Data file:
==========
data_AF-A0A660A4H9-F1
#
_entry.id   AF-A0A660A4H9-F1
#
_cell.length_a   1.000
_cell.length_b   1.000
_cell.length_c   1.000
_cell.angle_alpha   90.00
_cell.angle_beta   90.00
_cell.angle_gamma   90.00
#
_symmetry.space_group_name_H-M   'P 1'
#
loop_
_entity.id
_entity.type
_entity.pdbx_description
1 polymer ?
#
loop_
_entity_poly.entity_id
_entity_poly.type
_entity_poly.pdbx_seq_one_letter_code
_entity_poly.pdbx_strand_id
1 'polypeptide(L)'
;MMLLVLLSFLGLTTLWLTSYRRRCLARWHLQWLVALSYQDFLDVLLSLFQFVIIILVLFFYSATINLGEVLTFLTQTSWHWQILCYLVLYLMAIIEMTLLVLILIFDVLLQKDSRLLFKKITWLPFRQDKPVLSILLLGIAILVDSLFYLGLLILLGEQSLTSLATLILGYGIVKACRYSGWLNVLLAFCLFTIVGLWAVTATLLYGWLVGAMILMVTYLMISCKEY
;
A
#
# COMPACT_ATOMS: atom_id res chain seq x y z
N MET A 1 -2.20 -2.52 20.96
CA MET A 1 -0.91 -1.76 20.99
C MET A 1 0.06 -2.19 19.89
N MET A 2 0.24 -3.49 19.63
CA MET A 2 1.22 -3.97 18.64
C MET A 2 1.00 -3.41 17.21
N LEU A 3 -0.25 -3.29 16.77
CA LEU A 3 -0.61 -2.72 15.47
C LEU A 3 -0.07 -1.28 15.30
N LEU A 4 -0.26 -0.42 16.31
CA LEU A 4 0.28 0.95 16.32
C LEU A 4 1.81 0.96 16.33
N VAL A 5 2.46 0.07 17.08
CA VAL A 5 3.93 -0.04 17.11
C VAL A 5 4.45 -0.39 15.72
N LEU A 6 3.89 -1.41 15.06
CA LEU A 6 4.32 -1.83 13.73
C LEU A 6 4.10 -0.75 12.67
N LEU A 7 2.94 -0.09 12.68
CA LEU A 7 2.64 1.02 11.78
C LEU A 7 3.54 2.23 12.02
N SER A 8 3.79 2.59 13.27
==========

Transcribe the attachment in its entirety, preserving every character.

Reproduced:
data_AF-A0A660A4H9-F1
#
_entry.id   AF-A0A660A4H9-F1
#
_cell.length_a   1.000
_cell.length_b   1.000
_cell.length_c   1.000
_cell.angle_alpha   90.00
_cell.angle_beta   90.00
_cell.angle_gamma   90.00
#
_symmetry.space_group_name_H-M   'P 1'
#
loop_
_entity.id
_entity.type
_entity.pdbx_description
1 polymer ?
#
loop_
_entity_poly.entity_id
_entity_poly.type
_entity_poly.pdbx_seq_one_letter_code
_entity_poly.pdbx_strand_id
1 'polypeptide(L)'
;MMLLVLLSFLGLTTLWLTSYRRRCLARWHLQWLVALSYQDFLDVLLSLFQFVIIILVLFFYSATINLGEVLTFLTQTSWHWQILCYLVLYLMAIIEMTLLVLILIFDVLLQKDSRLLFKKITWLPFRQDKPVLSILLLGIAILVDSLFYLGLLILLGEQSLTSLATLILGYGIVKACRYSGWLNVLLAFCLFTIVGLWAVTATLLYGWLVGAMILMVTYLMISCKEY
;
A
#
# COMPACT_ATOMS: atom_id res chain seq x y z
N MET A 1 -2.20 -2.52 20.96
CA MET A 1 -0.91 -1.76 20.99
C MET A 1 0.06 -2.19 19.89
N MET A 2 0.24 -3.49 19.63
CA MET A 2 1.22 -3.97 18.64
C MET A 2 1.00 -3.41 17.21
N LEU A 3 -0.25 -3.29 16.77
CA LEU A 3 -0.61 -2.72 15.47
C LEU A 3 -0.07 -1.28 15.30
N LEU A 4 -0.26 -0.42 16.31
CA LEU A 4 0.28 0.95 16.32
C LEU A 4 1.81 0.96 16.33
N VAL A 5 2.46 0.07 17.08
CA VAL A 5 3.93 -0.04 17.11
C VAL A 5 4.45 -0.39 15.72
N LEU A 6 3.89 -1.41 15.06
CA LEU A 6 4.32 -1.83 13.73
C LEU A 6 4.10 -0.75 12.67
N LEU A 7 2.94 -0.09 12.68
CA LEU A 7 2.64 1.02 11.78
C LEU A 7 3.54 2.23 12.02
N SER A 8 3.79 2.59 13.27